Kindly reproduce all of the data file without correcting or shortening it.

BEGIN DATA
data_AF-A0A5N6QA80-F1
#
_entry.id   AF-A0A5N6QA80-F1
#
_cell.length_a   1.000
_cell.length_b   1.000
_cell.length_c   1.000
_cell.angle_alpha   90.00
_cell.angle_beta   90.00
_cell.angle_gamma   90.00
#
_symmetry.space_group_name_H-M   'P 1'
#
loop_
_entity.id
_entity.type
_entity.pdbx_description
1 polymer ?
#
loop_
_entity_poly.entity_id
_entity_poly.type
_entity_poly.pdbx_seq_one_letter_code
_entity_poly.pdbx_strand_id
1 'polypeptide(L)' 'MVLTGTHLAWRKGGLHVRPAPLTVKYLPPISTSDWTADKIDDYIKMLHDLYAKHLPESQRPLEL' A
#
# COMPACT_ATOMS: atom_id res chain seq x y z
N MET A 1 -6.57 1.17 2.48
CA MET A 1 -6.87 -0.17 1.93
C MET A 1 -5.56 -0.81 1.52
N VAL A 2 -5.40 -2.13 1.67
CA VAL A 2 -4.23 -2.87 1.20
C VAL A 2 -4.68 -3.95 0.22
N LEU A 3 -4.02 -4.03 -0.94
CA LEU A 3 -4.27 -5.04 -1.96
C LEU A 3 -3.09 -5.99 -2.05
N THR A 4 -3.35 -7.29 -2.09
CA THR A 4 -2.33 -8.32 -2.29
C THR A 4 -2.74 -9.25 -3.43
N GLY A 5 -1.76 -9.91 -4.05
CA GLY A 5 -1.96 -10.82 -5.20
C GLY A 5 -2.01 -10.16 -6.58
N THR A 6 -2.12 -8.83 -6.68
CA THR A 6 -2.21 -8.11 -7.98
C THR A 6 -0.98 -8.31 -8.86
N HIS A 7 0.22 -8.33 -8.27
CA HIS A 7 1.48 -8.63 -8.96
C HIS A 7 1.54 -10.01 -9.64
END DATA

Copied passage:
data_AF-A0A5N6QA80-F1
#
_entry.id   AF-A0A5N6QA80-F1
#
_cell.length_a   1.000
_cell.length_b   1.000
_cell.length_c   1.000
_cell.angle_alpha   90.00
_cell.angle_beta   90.00
_cell.angle_gamma   90.00
#
_symmetry.space_group_name_H-M   'P 1'
#
loop_
_entity.id
_entity.type
_entity.pdbx_description
1 polymer ?
#
loop_
_entity_poly.entity_id
_entity_poly.type
_entity_poly.pdbx_seq_one_letter_code
_entity_poly.pdbx_strand_id
1 'polypeptide(L)' 'MVLTGTHLAWRKGGLHVRPAPLTVKYLPPISTSDWTADKIDDYIKMLHDLYAKHLPESQRPLEL' A
#
# COMPACT_ATOMS: atom_id res chain seq x y z
N MET A 1 -6.57 1.17 2.48
CA MET A 1 -6.87 -0.17 1.93
C MET A 1 -5.56 -0.81 1.52
N VAL A 2 -5.40 -2.13 1.67
CA VAL A 2 -4.23 -2.87 1.20
C VAL A 2 -4.68 -3.95 0.22
N LEU A 3 -4.02 -4.03 -0.94
CA LEU A 3 -4.27 -5.04 -1.96
C LEU A 3 -3.09 -5.99 -2.05
N THR A 4 -3.35 -7.29 -2.09
CA THR A 4 -2.33 -8.32 -2.29
C THR A 4 -2.74 -9.25 -3.43
N GLY A 5 -1.76 -9.91 -4.05
CA GLY A 5 -1.96 -10.82 -5.20
C GLY A 5 -2.01 -10.16 -6.58
N THR A 6 -2.12 -8.83 -6.68
CA THR A 6 -2.21 -8.11 -7.98
C THR A 6 -0.98 -8.31 -8.86
N HIS A 7 0.22 -8.33 -8.27
CA HIS A 7 1.48 -8.63 -8.96
C HIS A 7 1.54 -10.01 -9.64